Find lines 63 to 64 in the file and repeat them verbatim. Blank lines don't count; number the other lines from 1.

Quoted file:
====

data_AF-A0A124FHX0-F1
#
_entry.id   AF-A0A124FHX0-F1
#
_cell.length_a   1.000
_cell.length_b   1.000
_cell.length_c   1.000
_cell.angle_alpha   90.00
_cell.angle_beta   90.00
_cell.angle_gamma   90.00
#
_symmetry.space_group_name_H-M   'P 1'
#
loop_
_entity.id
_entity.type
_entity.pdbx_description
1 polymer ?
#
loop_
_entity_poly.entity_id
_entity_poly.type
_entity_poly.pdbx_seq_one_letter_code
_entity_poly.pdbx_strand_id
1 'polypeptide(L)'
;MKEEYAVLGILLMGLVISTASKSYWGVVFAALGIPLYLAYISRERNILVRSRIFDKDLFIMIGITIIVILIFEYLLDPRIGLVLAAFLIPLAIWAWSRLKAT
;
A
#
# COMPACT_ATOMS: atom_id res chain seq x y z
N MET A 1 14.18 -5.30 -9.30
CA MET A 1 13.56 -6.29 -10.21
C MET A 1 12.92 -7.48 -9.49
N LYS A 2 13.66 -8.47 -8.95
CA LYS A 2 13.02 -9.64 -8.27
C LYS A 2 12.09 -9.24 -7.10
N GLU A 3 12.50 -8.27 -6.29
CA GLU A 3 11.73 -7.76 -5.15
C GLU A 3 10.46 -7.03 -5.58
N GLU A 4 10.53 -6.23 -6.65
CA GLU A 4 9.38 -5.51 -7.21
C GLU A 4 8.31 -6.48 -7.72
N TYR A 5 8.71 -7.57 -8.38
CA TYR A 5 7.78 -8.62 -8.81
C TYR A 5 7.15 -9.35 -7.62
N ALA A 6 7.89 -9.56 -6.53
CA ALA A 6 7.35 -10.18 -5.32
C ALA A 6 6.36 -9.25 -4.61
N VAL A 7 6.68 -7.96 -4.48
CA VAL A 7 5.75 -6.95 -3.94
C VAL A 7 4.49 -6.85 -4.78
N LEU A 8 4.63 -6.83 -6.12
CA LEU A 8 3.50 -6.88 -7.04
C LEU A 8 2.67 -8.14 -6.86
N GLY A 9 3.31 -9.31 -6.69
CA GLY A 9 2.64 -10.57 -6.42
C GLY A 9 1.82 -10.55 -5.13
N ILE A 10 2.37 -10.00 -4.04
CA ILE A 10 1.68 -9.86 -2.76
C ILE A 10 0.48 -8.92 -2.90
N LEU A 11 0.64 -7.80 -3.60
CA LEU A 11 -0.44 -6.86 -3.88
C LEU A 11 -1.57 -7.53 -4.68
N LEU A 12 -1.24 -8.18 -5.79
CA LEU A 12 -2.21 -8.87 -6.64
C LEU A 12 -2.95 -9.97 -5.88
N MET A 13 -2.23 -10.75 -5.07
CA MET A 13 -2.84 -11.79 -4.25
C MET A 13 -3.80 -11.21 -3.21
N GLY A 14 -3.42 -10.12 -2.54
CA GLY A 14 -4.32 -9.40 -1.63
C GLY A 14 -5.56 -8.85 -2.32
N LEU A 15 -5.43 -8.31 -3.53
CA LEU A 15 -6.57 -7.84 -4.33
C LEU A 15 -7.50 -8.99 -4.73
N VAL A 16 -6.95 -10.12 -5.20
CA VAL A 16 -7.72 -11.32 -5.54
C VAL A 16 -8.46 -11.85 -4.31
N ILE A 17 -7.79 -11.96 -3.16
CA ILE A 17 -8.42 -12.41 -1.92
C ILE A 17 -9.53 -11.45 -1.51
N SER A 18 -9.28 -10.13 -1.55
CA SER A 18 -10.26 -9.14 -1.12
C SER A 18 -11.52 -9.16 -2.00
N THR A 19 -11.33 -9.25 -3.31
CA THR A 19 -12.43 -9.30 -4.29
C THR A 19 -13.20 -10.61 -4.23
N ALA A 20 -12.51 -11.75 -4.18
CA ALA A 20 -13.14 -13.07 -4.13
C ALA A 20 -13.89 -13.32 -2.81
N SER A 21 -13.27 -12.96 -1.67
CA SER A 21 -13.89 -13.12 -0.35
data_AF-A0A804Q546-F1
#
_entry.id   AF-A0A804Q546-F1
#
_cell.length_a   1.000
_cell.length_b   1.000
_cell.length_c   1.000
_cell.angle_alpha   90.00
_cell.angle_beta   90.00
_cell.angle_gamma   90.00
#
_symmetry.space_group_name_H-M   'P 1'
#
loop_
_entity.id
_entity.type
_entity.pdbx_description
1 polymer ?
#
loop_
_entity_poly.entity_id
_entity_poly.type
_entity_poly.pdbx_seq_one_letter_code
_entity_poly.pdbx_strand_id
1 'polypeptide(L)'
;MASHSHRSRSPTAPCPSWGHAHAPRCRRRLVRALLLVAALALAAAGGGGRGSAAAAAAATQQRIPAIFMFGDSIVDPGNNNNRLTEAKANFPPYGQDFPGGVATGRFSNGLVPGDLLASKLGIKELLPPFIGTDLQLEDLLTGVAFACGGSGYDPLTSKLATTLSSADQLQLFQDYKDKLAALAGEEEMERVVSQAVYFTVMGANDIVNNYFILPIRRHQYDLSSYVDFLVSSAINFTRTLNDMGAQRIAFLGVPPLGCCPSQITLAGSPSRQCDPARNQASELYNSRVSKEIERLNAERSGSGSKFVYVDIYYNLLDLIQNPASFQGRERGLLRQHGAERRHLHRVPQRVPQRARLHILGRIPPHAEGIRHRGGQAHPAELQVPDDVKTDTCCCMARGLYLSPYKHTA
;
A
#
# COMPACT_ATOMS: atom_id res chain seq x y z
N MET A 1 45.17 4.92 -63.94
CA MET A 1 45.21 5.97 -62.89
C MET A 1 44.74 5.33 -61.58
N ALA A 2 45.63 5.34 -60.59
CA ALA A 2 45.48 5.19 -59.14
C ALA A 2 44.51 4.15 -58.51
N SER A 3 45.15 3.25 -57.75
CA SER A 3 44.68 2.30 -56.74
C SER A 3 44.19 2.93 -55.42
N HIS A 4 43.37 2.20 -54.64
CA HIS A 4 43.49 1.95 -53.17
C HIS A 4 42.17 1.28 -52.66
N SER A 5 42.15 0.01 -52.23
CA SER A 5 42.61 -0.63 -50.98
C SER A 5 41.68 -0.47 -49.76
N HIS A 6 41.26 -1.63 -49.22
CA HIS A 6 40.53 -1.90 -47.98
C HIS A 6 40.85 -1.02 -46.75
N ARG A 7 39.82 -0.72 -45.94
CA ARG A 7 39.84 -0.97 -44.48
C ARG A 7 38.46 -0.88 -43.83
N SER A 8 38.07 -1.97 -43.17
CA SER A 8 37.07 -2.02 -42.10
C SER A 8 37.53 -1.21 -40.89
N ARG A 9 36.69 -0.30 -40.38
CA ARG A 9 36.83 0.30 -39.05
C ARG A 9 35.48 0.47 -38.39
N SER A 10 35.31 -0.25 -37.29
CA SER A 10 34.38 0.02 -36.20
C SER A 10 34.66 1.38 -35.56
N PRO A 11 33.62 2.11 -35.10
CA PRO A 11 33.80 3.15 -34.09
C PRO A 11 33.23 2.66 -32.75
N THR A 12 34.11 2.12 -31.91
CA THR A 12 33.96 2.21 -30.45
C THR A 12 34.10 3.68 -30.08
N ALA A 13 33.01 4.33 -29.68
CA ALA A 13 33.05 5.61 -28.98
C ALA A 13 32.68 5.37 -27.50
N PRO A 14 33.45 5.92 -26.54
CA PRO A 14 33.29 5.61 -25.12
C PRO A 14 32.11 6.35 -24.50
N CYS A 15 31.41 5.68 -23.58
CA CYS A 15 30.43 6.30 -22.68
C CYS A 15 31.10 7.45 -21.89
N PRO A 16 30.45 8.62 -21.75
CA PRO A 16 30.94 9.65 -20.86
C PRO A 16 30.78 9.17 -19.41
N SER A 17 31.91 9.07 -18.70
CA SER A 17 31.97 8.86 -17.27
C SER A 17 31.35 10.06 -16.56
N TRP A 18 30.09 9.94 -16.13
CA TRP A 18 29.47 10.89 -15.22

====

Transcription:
C LEU A 11 -1.57 -7.53 -4.68
N LEU A 12 -1.24 -8.18 -5.79